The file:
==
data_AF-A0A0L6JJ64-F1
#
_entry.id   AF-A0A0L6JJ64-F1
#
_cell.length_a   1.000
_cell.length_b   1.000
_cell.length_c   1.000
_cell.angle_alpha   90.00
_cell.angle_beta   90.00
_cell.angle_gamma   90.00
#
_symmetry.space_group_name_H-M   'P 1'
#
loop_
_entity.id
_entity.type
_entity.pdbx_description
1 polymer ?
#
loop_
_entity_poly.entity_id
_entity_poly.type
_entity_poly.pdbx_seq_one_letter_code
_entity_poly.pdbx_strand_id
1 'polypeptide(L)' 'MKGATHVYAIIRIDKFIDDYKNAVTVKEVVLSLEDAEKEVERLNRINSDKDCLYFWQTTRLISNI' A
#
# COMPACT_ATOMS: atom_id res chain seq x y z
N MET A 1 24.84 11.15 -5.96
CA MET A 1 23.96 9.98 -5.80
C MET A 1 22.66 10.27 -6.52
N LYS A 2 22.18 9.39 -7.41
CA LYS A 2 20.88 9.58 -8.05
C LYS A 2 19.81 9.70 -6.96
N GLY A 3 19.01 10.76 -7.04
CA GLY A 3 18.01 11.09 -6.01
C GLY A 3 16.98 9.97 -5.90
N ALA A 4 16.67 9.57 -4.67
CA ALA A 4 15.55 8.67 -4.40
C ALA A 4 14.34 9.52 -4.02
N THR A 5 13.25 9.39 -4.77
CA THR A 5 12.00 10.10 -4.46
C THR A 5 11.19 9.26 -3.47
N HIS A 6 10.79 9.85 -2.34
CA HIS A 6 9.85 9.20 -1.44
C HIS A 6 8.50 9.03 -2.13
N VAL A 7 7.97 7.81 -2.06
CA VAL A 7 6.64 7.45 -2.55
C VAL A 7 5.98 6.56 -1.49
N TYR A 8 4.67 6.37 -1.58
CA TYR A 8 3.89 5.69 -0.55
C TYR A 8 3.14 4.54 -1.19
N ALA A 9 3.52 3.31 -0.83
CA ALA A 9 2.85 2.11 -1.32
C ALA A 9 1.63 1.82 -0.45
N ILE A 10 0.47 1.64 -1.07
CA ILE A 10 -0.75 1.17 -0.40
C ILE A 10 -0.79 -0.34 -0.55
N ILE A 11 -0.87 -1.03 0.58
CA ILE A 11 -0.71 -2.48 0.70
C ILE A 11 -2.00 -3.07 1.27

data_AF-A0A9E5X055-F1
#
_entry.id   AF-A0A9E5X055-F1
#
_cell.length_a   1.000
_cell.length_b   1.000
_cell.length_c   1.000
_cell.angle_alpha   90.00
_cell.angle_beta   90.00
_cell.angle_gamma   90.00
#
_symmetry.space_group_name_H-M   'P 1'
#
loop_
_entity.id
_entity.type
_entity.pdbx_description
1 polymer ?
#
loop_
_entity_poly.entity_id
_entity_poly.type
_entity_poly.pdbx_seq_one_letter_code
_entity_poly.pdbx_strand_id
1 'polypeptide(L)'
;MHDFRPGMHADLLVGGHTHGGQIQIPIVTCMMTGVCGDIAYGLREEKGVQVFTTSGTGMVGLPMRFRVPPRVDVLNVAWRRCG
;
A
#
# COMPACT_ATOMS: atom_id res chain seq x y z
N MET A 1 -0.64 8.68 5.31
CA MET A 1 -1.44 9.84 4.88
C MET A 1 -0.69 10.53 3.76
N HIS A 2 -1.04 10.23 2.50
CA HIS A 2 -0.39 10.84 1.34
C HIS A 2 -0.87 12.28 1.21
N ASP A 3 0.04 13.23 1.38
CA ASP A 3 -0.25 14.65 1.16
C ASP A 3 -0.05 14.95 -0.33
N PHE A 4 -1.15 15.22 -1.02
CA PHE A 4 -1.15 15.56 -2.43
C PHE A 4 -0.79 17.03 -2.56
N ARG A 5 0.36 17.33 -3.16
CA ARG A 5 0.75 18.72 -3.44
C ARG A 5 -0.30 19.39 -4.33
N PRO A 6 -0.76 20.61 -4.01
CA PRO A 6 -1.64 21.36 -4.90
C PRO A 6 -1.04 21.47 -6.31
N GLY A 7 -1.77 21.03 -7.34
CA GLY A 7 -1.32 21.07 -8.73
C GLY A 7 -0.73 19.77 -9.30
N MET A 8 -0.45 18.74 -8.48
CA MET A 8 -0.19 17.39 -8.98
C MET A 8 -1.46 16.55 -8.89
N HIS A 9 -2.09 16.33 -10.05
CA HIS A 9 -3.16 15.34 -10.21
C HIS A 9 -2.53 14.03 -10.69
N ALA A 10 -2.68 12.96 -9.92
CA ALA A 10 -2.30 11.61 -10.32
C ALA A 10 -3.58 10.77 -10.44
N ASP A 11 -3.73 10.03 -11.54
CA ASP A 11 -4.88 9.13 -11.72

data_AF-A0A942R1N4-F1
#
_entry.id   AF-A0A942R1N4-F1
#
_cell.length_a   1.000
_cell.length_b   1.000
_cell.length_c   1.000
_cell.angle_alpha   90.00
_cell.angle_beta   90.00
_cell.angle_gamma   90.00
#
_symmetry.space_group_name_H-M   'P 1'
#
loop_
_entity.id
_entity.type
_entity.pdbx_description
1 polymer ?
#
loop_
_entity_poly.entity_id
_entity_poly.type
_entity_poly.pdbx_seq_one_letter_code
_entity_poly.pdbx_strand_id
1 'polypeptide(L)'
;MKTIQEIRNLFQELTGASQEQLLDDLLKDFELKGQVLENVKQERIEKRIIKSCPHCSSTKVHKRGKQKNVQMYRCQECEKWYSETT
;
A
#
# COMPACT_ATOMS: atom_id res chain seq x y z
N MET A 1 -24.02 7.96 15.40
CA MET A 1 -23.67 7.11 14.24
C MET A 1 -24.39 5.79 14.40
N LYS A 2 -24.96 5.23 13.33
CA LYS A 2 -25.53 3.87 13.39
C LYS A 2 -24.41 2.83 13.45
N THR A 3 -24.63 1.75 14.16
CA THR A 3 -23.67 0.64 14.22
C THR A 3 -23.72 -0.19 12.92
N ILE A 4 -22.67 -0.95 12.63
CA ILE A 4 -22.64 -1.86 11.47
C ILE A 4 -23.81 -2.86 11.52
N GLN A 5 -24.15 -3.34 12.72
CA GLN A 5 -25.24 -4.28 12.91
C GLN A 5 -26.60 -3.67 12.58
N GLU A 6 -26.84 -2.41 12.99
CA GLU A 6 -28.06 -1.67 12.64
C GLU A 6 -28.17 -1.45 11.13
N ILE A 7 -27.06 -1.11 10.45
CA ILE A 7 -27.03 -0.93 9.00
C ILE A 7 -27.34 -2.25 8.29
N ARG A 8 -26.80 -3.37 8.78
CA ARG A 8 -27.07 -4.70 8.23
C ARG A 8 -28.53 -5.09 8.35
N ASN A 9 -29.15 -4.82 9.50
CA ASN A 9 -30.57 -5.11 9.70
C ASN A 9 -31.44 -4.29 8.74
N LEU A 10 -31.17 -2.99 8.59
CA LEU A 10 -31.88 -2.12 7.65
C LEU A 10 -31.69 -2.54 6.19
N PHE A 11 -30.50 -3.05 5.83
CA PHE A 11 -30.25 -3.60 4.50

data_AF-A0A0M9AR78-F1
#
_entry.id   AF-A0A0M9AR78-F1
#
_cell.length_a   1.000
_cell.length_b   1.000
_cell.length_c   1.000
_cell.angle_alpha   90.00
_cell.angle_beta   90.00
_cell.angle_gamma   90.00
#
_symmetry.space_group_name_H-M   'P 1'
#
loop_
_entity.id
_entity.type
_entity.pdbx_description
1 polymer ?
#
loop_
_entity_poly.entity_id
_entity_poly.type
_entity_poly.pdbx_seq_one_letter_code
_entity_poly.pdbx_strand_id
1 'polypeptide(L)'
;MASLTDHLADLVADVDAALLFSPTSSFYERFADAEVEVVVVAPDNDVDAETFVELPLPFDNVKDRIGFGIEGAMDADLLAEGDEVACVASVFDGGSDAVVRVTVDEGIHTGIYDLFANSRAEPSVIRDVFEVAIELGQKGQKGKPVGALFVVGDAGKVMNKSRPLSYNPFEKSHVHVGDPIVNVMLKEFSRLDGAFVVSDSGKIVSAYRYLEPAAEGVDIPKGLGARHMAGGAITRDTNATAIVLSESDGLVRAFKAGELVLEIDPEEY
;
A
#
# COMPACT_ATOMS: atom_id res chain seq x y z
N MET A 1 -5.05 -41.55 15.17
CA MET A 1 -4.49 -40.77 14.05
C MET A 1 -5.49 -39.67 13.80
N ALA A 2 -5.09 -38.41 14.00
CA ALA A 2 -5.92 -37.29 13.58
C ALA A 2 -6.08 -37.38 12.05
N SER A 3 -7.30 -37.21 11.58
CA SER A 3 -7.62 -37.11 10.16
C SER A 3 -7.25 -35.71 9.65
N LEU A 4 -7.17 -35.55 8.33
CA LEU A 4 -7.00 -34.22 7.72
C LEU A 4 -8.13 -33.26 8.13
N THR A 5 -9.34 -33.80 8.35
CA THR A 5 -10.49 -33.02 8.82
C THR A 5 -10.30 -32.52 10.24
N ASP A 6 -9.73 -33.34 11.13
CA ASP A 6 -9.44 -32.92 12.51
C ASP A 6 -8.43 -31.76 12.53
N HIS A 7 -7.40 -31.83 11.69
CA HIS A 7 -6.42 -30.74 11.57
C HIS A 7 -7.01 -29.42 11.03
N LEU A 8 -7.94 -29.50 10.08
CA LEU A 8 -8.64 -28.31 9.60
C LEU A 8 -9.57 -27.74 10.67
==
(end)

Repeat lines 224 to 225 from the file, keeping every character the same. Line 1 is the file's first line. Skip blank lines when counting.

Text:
N LEU A 4 -7.17 -35.55 8.33
CA LEU A 4 -7.00 -34.22 7.72